The report goes deep on microfinance. It discusses, but has not yet fully explored, digital financial services, big data and new forms of consumer credit.

The implicit assumption throughout the report is that the biggest financial inclusion challenge is credit risk coming from small lenders. This underplays the extent to which financial inclusion also involves large non-financial corporations like telecoms companies and major retail chains. The techniques these players deploy may require supervisory approaches different than those for smaller institutions.

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> Posted by Hannah Sherman, Project Associate, CFI

Despite all the talk about fintech start-ups transforming how financial services are offered to the base of the pyramid, recent efforts by the government of Pakistan remind us that change can also be led from the top.

“Accounts” includes mobile money accounts, while “accounts at a financial institution” is comprised of bank accounts. (click to enlarge)

Pakistan has extremely low levels of access to affordable, diverse financial services. In the Center for Financial Inclusion’s (CFI) report By the Numbers, which assesses progress toward financial inclusion by 2020, Pakistan was identified as one of the countries predicted to fall short of the goal of universal account access by 2020. In Pakistan, only 13 percent of adults have accounts, compared with about 46 percent of adults in all of South Asia. Microfinance reaches less than 3 percent of the country’s population, and less than 7 percent of small and medium-sized enterprises (SMEs) use formal finance for working capital or investments. (To explore available data on the state of financial inclusion in Pakistan, check out the FI2020 Inclusion Visualizer.)

(click to enlarge)

While financial inclusion in Pakistan remains low, recent trends suggest that the country is poised for rapid growth in the near future. Pakistan placed fifth in the Global Microscope 2015‘s list of enabling environments for financial inclusion, up six points from its 2014 score. This reflects an energetic, sustained effort by the government to strengthen the financial inclusion landscape of the nation.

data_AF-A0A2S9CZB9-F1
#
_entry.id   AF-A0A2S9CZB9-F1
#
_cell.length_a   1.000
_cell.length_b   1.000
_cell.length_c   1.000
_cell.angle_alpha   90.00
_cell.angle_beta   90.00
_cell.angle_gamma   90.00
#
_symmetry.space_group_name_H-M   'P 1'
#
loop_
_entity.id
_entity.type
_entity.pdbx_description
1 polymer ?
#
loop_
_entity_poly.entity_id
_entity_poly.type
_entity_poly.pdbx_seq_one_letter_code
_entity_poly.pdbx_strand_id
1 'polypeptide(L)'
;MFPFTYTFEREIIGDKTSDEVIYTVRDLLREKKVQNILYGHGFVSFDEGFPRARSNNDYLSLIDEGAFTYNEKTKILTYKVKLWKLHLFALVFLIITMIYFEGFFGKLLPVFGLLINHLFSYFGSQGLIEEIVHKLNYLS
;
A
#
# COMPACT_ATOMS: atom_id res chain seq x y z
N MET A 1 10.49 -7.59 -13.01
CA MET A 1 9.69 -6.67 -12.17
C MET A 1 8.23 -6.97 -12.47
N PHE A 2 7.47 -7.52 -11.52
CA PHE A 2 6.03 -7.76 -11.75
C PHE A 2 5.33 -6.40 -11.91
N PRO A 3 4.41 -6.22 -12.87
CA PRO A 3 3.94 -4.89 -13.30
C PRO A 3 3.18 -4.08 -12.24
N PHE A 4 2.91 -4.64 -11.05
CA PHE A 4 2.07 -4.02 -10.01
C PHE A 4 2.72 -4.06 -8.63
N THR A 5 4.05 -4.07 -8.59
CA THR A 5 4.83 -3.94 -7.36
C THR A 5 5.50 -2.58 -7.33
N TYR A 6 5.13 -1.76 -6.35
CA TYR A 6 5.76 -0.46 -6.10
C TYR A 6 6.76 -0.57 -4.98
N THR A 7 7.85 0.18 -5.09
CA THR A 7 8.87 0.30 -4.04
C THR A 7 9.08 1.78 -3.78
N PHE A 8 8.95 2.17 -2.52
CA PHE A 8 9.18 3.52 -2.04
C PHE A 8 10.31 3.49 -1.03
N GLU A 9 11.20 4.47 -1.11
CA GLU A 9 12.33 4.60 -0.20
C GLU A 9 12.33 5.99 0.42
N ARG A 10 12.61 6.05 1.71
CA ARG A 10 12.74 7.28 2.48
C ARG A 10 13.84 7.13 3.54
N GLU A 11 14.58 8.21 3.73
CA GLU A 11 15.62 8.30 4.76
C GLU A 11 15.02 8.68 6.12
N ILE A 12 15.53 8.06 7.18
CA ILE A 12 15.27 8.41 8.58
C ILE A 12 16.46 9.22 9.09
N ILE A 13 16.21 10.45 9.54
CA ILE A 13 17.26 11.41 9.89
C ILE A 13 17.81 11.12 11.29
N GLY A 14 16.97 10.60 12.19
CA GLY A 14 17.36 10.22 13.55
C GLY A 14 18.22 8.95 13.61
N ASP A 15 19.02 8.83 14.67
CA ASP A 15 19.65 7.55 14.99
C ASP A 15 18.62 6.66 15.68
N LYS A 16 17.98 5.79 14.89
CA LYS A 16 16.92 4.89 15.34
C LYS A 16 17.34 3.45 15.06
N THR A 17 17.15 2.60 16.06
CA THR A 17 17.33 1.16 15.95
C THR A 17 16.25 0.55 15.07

Historically, there have been three major types of financial inclusion players in Pakistan: microfinance banks (MFBs), microfinance institutions (MFIs), and rural support programs (RSPs). While these three players continue to dominate the financial inclusion landscape in Pakistan, previously “benched” players have begun to play an increasingly important role.

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> Posted by Center Staff

If you’ve ever been a tourist in a developing country, there’s a good chance you’ve partaken in a tour where you were brought to the intimate setting of an artisan, chef, or small-business owner’s shop. When you arrived at the shop, your tour guide introduced you to its proprietor, and the proprietor told you a little bit about the history and operation, and maybe even demonstrated a bit of the craft. After all this, you were asked if you’d like to buy anything. This model works. As a tourist, you want to be exposed to local cultures, you want unique experiences, and maybe you want to pick up a souvenir or two to bring back home. If you can accomplish all three, and get to know the person your purchase benefits, all the better.

But what if we could take this model one step further? After all, tourism is an enormous industry. Globally it accounts for roughly 5 percent of the world’s GDP and one in every 12 jobs. In Mexico alone, for example, international tourists spent roughly US$12 billion in 2011. If some of this capital could be used to create greater impact, the benefits would be huge.

En Via, an organization based in the southern Mexican state of Oaxaca, is attempting to achieve this by combining tourism, microfinance, and education. En Via offers tours of five largely indigenous communities in Oaxaca, where participants are given the opportunity to meet with local women who are farmers, artisans, vendors, chefs, and other small business owners. As a tourist you meet with the women and their families, learn about their livelihoods and communities, watch product demonstrations like the spinning of wool, taste freshly made foods, and, yes, make purchases if you’re so inclined. In turn, En Via uses the money collected in tourism fees to fund small business loans to the women who were visited during the tours.

En Via is structured so that 100 percent of a tourist’s fees go directly towards the loans of the women that they had the opportunity to meet. The loans range from US$100 to $250, and carry zero interest. To date, En Via’s client default rate is at less than one percent. Since it began offering loans in 2008, over 1,500 loans have been given out to almost 400 women. Funds repaid are applied towards En Via’s administrative costs and education programs.